5. I understand to get the best quality finish I would need to spray but this table is going in our vacation rental and therefore a brush finish is good enough, especially after seeing what the furniture refinisher guy did with a brush on another table.

6. Water based poly. The refinisher I went to said water doesn't hold up as well as oil. I also read that online. Perhaps the high quality one you reference does. What brand do you recommend? What is the advantage of water based besides no VOC's and water cleanup?

Thanks again,
Blane
 
  #7  
Old 09-26-19, 08:44 AM
Forum Topic Moderator
Join Date: Mar 2005
Location: USA - N.E.Tn
Posts: 46,059
Received 119 Votes on 106 Posts
I have limited experience with water based polys although I did use one that was a 2 part [catalyst] that seemed to hold up well. I don't remember the brand name.

Generally speaking oil base coatings dry to a harder film than their latex counterpart. Oil base poly will deepen the stain and/or colors naturally in the wood. Water based polys don't change the color any - just give it a sheen. Water based polys dry quicker.
]
 
  #8  
Old 09-26-19, 10:14 AM
XSleeper's Avatar
Group Moderator
Join Date: Dec 2004
Location: USA
Posts: 23,104
Received 189 Votes on 178 Posts
The best thing about any oil based product is that it's supposed to be slower drying so it can self level. Water based coatings often get tacky quickly and so if you are brushing it can leave brush strokes if you don't work quickly or if you overbrush it. You don't want to overbrusg any type of finish.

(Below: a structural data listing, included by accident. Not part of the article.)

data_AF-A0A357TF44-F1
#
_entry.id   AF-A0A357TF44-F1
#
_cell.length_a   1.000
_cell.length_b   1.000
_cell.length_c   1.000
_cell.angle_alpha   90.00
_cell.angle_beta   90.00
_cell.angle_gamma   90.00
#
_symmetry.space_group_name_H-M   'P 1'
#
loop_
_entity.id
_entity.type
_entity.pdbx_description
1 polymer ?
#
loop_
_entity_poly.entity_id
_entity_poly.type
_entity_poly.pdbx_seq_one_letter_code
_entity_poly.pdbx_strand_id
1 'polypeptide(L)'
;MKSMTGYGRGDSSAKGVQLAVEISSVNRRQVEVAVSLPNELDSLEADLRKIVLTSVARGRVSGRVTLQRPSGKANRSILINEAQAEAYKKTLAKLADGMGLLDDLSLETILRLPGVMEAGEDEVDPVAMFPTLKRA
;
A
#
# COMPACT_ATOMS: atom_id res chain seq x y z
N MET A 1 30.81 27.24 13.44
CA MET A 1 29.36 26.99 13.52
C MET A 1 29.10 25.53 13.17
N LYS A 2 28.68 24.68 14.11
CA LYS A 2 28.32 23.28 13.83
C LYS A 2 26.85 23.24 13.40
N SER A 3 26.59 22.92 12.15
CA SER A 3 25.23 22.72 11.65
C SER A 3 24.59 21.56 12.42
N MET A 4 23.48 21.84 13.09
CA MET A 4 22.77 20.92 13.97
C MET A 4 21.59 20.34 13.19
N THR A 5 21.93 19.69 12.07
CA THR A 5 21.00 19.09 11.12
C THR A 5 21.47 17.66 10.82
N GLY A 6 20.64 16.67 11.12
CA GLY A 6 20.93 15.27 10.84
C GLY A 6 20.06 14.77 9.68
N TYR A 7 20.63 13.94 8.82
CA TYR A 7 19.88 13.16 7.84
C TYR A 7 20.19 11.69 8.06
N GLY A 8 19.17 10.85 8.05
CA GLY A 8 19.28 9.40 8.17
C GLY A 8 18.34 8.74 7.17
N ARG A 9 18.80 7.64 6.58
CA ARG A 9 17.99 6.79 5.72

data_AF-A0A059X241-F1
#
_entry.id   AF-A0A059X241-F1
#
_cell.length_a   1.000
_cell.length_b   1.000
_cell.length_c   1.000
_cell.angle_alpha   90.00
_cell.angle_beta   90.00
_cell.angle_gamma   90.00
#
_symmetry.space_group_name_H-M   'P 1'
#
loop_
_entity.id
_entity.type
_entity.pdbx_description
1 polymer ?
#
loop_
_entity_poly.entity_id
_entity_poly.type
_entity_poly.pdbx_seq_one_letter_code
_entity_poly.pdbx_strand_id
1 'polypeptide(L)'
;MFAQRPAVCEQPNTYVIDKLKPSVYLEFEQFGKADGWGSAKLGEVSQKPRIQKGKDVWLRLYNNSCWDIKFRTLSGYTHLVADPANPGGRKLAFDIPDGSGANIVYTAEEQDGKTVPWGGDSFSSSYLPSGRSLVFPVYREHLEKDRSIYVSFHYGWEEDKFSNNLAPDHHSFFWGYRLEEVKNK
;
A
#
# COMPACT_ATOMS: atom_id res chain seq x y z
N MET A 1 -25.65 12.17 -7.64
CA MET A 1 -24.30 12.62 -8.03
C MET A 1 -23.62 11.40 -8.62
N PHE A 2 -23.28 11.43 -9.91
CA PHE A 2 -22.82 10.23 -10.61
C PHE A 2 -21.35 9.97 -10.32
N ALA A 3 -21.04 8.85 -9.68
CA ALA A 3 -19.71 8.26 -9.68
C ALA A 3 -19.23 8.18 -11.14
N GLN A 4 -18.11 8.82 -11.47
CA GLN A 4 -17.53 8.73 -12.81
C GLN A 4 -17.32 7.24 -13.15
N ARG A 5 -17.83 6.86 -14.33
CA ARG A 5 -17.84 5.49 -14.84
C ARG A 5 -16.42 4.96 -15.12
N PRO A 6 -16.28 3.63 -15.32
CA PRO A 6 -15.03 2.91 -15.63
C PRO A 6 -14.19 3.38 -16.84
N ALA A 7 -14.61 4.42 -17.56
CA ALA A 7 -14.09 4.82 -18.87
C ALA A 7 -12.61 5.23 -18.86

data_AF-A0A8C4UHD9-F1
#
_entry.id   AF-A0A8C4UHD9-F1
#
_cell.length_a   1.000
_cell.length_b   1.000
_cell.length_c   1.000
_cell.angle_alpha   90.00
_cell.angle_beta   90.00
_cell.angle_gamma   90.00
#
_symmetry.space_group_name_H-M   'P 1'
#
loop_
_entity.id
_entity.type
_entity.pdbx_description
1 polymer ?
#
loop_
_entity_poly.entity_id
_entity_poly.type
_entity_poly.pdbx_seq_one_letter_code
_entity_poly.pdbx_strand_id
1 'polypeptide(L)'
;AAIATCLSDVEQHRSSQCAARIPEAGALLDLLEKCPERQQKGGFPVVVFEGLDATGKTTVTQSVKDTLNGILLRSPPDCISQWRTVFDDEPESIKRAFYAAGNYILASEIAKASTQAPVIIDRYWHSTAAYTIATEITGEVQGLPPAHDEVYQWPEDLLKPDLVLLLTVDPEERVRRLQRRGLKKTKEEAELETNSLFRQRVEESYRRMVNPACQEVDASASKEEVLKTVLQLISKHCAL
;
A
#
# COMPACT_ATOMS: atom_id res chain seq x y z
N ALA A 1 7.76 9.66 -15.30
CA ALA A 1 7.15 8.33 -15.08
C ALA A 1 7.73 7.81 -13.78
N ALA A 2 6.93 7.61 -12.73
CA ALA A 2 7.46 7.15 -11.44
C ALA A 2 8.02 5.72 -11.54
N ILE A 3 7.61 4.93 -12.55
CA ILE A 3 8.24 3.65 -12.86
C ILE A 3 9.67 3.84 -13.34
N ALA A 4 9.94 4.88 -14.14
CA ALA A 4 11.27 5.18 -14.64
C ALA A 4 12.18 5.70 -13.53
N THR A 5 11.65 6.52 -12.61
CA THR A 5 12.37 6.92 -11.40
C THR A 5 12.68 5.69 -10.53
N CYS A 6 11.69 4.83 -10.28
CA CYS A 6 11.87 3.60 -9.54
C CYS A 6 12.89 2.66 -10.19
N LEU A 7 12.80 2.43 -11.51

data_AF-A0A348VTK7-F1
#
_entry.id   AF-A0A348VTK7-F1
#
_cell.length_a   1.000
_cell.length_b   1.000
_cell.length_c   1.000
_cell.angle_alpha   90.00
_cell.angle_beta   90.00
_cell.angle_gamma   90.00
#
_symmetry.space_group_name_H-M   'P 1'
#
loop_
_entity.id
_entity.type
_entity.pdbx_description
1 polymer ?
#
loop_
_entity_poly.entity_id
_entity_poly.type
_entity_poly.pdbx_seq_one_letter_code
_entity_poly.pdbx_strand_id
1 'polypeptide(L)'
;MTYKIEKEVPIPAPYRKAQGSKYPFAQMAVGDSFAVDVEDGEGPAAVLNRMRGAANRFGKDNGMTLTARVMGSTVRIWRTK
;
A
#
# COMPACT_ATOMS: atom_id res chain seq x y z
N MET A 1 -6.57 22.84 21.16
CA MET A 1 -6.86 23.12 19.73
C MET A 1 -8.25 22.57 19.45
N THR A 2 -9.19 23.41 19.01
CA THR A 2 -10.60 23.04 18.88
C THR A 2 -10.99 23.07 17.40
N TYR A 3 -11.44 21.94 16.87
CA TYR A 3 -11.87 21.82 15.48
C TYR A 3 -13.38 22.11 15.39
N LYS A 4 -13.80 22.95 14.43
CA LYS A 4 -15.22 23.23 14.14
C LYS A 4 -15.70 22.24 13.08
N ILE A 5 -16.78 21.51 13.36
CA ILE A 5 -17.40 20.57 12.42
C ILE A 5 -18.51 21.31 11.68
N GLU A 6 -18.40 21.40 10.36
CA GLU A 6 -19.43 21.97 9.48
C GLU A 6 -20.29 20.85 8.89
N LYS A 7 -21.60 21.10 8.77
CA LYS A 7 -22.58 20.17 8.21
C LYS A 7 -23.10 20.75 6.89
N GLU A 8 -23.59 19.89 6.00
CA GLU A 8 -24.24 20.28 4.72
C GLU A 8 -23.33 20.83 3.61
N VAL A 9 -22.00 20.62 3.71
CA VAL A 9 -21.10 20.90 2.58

#9  
Old 09-27-19, 01:27 AM
Group Moderator
Join Date: Oct 2004
Location: WI/MN
Posts: 19,308
Received 46 Votes on 43 Posts
I've switched to just about only latex/water based paints but I'm still an oil based poly guy.
 
  #10  
Old 09-27-19, 05:27 AM
Marq1's Avatar
Member
Join Date: Sep 2016
Location: USA MI
Posts: 4,320
Received 91 Votes on 82 Posts
The refinisher I went to said water doesn't hold up as well as oil.
Please tell me this wasn't your local big box store paint "pro"!

You can debate all you want but until you give it a try I can only make suggestions.

Water based products like anything new have their growing pains and it takes a lot of time to reverse initial performance flaws.

Hope you all know your car is now painted with water based paints!

Brand is "General"!
 
  #11  
Old 09-30-19, 06:20 AM
Member
Thread Starter
Join Date: Apr 2007
Location: Oregon
Posts: 186
Received 1 Vote on 1 Post
Hello all,

Thank you for all the follow-up replies and for the brand name. I think I have enough information to try again. I sure hope I get better results that my first venture into using polyurethane to protect a table top.

Blane
 
  #12  
Old 09-30-19, 03:42 PM
the_tow_guy's Avatar
Group Moderator
Join Date: Feb 2001
Location: SW Fla USA
Posts: 11,808
Received 29 Votes on 23 Posts
I switched to Min-Wax wipe on poly several years ago for most of my projects. I rarely brush a finish on.
 
  #13  
Old 10-01-19, 02:30 AM
Forum Topic Moderator
Join Date: Mar 2005
Location: USA - N.E.Tn
Posts: 46,059
Received 119 Votes on 106 Posts
I've never used the wipe on poly, since it's thin I assume it requires more coats to build up the finish ??
 
  #14  
Old 10-03-19, 05:35 AM
Member
Thread Starter
Join Date: Apr 2007
Location: Oregon
Posts: 186
Received 1 Vote on 1 Post
Hello all,

I took all the advice given above and ended up with great results on my dining room table. I think the biggest help came from the quality of the polyurethane I brushed on (4 coats). I used General Finishes water based satin finish.

I am very happy. Thanks again for all the help.

Blane
 
Marq1 voted this post useful.
Reply

Posting Rules
You may not post new threads
You may not post replies
You may not post attachments
You may not edit your posts

BB code is On
Smilies are On
[IMG] code is On
HTML code is Off
Trackbacks are Off
Pingbacks are Off
Refbacks are Off


Thread Tools
Search this Thread
Display Modes
 
Ask a Question
Question Title:
Description:
Your question will be posted in: